Security baseline (FINAL) for Windows 10 and Windows Server, version 20H2

Published Dec 17 2020 01:57 PM 34.6K Views

We are pleased to announce the final release of the for Windows 10 and Windows Server, version 20H2 (a.k.a. October 2020 Update) security baseline package!


Please download the content from the Microsoft Security Compliance Toolkit, test the recommended configurations, and customize and implement as appropriate. If you have questions or issues, please let us know via the Security Baseline Community.


This Windows 10 feature update brings very few new policy settings, which we list in the accompanying documentation. At this point, no new 20H2 policy settings meet the criteria for inclusion in the security baseline, but there are a few policies we are going to be making changes to, which we highlight below along with our recommendations.


Tip: If you read the Draft release, we will save you another read. There are no changes since the draft to the actual settings. There were two small changes to the package though; the Baseline-LocalInstall.ps1 script has a change to error handling (thanks to a community member’s suggestion) and second, we neglected to include the custom ADMX/L files in the GP Reports so they showed up as additional registry keys which is now fixed also.


Block at first sight

We started the journey for cloud protection several years ago. Based on our analysis of the security value versus the cost of implementation, we feel it’s time to add Microsoft Defender Antivirus’ Block At First Sight (BAFS) feature to the security baseline. BAFS was first introduced in Windows 10, version 1607 and allows new malware to be detected and blocked within seconds by leveraging various machine learning techniques and the power of our cloud.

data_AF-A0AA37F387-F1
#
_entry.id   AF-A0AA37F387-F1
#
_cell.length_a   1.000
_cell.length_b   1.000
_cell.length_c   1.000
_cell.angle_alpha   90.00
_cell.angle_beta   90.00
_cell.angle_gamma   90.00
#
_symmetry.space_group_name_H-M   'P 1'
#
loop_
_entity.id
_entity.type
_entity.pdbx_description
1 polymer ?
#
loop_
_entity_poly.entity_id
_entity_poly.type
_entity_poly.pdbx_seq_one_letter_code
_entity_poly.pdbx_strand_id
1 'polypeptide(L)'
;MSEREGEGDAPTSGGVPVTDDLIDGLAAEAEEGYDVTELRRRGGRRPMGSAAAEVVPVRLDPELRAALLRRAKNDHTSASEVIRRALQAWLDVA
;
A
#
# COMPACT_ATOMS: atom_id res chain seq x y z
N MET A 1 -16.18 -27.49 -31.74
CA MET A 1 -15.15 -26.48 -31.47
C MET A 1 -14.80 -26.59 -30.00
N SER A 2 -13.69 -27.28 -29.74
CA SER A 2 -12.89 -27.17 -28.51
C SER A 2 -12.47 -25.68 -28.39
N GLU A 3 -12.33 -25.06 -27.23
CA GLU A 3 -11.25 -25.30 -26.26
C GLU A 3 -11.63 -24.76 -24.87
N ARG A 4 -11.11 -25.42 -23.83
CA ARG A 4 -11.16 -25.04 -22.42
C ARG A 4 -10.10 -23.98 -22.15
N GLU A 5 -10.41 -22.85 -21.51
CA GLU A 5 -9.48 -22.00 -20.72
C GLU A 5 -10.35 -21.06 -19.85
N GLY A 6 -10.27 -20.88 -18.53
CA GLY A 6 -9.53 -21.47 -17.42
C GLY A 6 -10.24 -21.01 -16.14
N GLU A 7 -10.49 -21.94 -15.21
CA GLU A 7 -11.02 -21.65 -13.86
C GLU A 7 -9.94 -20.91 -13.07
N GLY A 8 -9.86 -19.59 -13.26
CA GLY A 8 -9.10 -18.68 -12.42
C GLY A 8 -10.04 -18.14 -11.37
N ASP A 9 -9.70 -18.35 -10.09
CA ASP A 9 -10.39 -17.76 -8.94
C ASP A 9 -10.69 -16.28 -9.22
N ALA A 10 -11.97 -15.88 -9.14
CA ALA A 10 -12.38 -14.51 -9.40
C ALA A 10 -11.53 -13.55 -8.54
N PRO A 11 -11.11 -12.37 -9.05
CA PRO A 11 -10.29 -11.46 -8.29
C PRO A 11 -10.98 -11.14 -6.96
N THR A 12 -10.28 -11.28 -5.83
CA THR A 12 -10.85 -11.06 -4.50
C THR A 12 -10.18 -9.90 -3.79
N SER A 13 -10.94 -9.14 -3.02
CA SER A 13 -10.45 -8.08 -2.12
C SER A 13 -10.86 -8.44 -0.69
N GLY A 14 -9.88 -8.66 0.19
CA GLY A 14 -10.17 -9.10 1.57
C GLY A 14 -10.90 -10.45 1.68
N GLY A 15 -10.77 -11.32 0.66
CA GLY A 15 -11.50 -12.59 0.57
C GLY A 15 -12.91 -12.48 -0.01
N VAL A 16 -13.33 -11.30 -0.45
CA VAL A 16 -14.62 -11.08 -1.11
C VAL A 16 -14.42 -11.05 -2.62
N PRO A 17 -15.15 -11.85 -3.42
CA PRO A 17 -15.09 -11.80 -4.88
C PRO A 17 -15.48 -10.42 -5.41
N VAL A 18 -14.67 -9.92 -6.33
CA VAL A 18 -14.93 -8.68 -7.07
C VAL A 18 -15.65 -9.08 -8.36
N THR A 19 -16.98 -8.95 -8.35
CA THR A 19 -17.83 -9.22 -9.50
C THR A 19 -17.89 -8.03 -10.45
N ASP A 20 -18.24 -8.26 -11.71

BAFS currently requires 6 settings to be configured. Our baseline already sets 2 of them, Join Microsoft MAPS and Send file sample when further analysis is required. We are now recommending the addition of the following settings to enable BAFS:


Computer Configuration\Administrative Templates\Windows Components\Microsoft Defender Antivirus\MAPS\Configure the ‘Block at first sight’ feature set to Enabled


Computer Configuration\Administrative Templates\Windows Components\Microsoft Defender Antivirus\Real-time Protection\Scan all downloaded files and attachments set to Enabled


Computer Configuration\Administrative Templates\Windows Components\Microsoft Defender Antivirus\Real-time Protection\Turn off real-time protection set to Disabled


Computer Configuration\Administrative Templates\Windows Components\Microsoft Defender Antivirus\MPEngine\Select cloud protection level set to High blocking level


These new settings have been added to the MSFT Windows 10 20H2 and Server 20H2 – Defender Antivirus group policy.


Additional details on BAFS can be found here.


Attack Surface Reduction Rules

We routinely evaluate our Attack Surface Reduction configuration, and based on telemetry and customer feedback we are now recommending configuring two additional Attack Surface Reduction controls: Computer Configuration\Administrative Templates\Windows Components\Microsoft Defender Antivirus\Microsoft Defender Exploit Guard\Attack Surface Reduction\Configure Attack Surface Reduction rules: Use advanced protection against ransomware and Block persistence through WMI event subscription.


Introduced in Windows 10, version 1709 the Use advanced protection against ransomware rule will scan any executable files and determine, using advanced cloud analytics, if the file looks malicious .  If so, it will be blocked unless that file is added to an exclusion list. This rule does have a cloud dependency, so you must have Join Microsoft MAPS also configured (which is already part of the security baseline).